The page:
Pottery dating reveals the origins of Venda

Six hundred years ago, in the Limpopo Valley, before colonially imposed borders separated Great Zimbabwe from South Africa; in a time before 11 official languages were attributed to South African people, a new culture was born. 

New research, published in the South African Journal of Science in July, has revealed, for the first time, how the emergence of two separate cultures came together to create Venda, as a language and as a culture, in the ancient state of Mapungubwe.

Professors Thomas Huffman, now retired, from the University of the Witwatersrand School of Geography, Archaeology and Environmental Studies, and Dr Stephan Woodborne from iThemba Labs teamed up to track the origins of the ancient Mapungubwe state, and what came thereafter. 

Using pottery dating, cutting-edge carbon dating techniques, baobab tree rings and other methods, their research has revealed how the Venda culture was born out of two other cultures, probably when these cultures met at initiation schools.

The Iron Age state of Mapungubwe straddles what we now call Zimbabwe and South Africa, about 75km north of Messina in Limpopo. Huffman and Woodborne have written that it was initially occupied by the descendants of modern-day Zimbabwe, Shona-speakers, and that Mapungubwe was abandoned around 1320AD. It was abandoned for a variety of reasons, including environmental factors like droughts.

It remained unoccupied for about 80 years until the Sotho-speaking people moved in, probably from East Africa. Later, Kalanga speakers (a language also known as Western Shona) moved in from Zimbabwe to reclaim their ancestors’ previous home.

Unique pottery crafted by the Venda people combines both Icon pottery of the Sotho people, and the Khami pottery of the Kalanga, or Shona people, the researchers found. 

There are more than 500 sites, dating back to the Middle Ages, that relate to the beginnings of Mapungubwe. Oral histories and climatic changes, tracked through baobab tree rings and other dating techniques, have previously shown how the area was occupied by successive peoples over the centuries. 

Huffman and Woodborne have now used accelerator mass spectrometry (AMS) dating techniques — a type of radiocarbon dating — to date some of the artefacts found at these sites; specifically, the Icon and Khami pottery. 

These dating techniques have allowed the researchers to trace the interaction of the Kalanga (or Western Shona) and Sotho peoples over a period of 200 years. 

Their research is significant for two reasons: firstly, because it uses archaeology and not linguistics to track the birth of a language; secondly, because it challenges existing views about how the Tshivenda language emerged.

According to Huffman and Woodborne, the Venda people are “archaeologically and anthropologically important” because, unlike other Sotho- and Nguni- speaking peoples, the Venda have continued the “essence” of precolonial Zimbabwe culture — “class distinction and sacred leadership”. 

“What we believe strongly is that there’s a vital relationship between world view and language,” Huffman said — a common thread between the precolonial Zimbabweans and the Venda people, he said.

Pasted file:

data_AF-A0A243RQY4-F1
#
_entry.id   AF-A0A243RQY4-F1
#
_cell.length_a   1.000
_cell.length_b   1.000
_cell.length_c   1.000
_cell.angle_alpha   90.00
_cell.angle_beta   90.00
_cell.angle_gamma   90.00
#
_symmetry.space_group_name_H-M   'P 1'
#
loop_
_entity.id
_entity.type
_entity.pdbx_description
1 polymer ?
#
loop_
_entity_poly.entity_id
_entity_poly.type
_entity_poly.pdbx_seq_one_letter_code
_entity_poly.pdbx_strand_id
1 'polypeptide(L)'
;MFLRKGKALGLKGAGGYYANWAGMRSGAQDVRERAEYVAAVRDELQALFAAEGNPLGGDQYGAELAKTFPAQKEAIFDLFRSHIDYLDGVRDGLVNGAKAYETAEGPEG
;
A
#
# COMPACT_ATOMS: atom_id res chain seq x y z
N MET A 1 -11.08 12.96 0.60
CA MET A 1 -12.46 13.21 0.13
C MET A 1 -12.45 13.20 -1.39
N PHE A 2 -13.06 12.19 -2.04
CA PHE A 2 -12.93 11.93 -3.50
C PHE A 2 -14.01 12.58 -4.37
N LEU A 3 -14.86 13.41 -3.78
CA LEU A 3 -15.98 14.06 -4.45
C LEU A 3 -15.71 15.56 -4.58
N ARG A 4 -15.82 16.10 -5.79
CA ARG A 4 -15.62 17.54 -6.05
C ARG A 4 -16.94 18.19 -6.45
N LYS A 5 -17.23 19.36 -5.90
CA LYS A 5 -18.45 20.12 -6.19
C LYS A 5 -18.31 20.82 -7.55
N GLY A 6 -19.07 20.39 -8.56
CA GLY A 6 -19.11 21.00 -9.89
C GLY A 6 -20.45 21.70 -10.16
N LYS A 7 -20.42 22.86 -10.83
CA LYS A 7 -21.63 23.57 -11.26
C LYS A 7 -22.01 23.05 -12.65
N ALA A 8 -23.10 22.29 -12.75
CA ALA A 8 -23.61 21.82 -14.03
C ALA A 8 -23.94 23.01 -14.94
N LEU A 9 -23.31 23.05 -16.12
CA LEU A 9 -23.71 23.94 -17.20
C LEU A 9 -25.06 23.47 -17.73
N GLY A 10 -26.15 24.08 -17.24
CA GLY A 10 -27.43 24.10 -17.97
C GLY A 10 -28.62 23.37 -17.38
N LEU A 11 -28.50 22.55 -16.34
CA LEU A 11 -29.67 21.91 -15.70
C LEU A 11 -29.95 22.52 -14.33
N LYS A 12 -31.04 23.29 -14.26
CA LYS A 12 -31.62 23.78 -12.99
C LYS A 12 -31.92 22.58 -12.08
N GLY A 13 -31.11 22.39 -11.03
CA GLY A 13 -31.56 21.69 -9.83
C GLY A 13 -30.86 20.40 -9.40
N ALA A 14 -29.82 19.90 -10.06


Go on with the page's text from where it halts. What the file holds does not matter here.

Initiation schools

Huffman and Woodborne believe that the first interactions between the Sotho and Kalanga speakers probably took place at initiation schools. The remains of these schools are situated on the borders of the Khami and Icon pottery sites, and nowhere else in the area. Hundreds of young people, male and female, would have attended these schools over the years. 

Speaking to the Mail & Guardian, Huffman explained that Venda evolved over a lengthy period, from about 1540AD to 1680AD, and so it is possible that the culture and language developed in other areas, too. After all, there are more than 1 000 Iron Age sites relevant to the Venda’s evolution. 

Huffman and Woodborne’s work has riled some historical linguists, Huffman explained, who have long asserted that the Venda, Sotho and other Nguni languages all originated about 1 500 years ago, somewhere between Zimbabwe and Mozambique. 

“Archaeology disagrees,” Huffman said. 

Next, Huffman hopes more research will be undertaken into the initiation schools and who attended them. Unfortunately, many young initiates would not have carried pottery with them to these sites, and very few sites have been properly excavated. Many skeletons found in the area have been reburied in line with traditional rites, while others have not been well preserved over the years, making it unlikely that the puzzle will be solved through genetic analysis.  

And although he doesn’t believe linguistics can answer all of the questions about the birth of Venda, more linguistic data would be a “major contribution”, Huffman said.

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Sarah Evans
Sarah Evans

Sarah Evans interned at the Diamond Fields Advertiser in Kimberley for three years before completing an internship at the Mail & Guardian Centre for Investigative Journalism (amaBhungane). She went on to work as a Mail & Guardian news reporter with areas of interest including crime, law, governance and the nexus between business and politics. 

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